FREEZE involves the things we do to numb and anesthetize ourselves from the discomfort of anxiety. It’s the old “If I can’t see you, you can’t see me” thing that little kids do: we hope that if we don’t look, then it won’t be there. Except that it is. And, unfortunately, what we find after coming out of whatever we did to numb is the same, maybe even stronger-than-before, anxiety.

Often we don’t notice we are feeling anxious until we’ve started or are well down the path of tension in a fight, flight or freeze reaction.

Re-wiring the old

Remember your metaphorical magical anxiety-taming blanket from the other day? The one that is the perfect size and the perfect shape for whatever is going on for you, including every single aspect of this anxiety?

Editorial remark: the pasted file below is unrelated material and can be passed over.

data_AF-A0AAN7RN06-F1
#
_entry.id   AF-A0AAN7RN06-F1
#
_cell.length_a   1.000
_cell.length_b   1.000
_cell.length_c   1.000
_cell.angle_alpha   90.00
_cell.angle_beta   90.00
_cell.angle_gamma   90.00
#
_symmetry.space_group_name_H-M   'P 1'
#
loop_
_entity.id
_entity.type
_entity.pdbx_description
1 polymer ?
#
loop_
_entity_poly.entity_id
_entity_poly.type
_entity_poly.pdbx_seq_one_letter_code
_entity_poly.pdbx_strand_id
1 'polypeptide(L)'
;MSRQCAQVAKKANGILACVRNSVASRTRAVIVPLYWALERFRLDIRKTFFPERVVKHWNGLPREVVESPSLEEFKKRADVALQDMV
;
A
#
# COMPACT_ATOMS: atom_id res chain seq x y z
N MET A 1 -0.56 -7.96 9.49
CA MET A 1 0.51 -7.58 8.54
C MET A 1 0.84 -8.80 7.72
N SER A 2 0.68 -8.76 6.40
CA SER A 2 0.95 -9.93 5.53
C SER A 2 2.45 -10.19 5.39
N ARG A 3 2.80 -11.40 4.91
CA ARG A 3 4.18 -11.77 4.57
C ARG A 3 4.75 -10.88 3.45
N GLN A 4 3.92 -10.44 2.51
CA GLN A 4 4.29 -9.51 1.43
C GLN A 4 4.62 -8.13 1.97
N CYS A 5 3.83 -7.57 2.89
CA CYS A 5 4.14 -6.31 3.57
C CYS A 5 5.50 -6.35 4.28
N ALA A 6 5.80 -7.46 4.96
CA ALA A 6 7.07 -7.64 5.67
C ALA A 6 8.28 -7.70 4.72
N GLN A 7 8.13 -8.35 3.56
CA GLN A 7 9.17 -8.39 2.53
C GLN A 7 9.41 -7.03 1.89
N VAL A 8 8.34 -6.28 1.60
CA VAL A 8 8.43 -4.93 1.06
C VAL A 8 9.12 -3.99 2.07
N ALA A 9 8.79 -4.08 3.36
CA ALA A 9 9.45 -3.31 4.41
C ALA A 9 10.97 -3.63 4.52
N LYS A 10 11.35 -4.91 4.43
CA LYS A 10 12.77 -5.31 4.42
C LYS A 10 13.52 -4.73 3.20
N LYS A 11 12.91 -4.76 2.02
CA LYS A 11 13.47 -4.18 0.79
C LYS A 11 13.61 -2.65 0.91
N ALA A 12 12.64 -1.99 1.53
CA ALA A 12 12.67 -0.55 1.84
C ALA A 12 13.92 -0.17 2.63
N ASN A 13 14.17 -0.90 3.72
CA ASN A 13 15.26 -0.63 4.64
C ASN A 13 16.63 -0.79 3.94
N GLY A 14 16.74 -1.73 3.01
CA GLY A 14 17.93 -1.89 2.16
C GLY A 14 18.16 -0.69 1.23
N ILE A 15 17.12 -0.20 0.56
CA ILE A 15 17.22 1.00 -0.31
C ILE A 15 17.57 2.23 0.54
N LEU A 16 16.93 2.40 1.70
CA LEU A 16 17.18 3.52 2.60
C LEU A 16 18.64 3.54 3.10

Your anxiety-taming blanket is woven out of soft threads of self-compassion. These soft threads are also incredibly strong, but strong in a bendy and supremely adaptable way.

Sitting on the blanket of self-compassion has an uncanny way of softening the tightness that comes from the old-wired fight-flight-freeze.

Self-compassion

Self-compassion involves noticing, listening and seeing. With soft eyes.

Self-compassion involves turning toward and being with whatever is happening.

(If the idea of turning toward and being with whatever is happening makes you more anxious, then THAT is where to start: by turning toward and being with the part of you that is scared about what is there. We are where we are and we always start there.)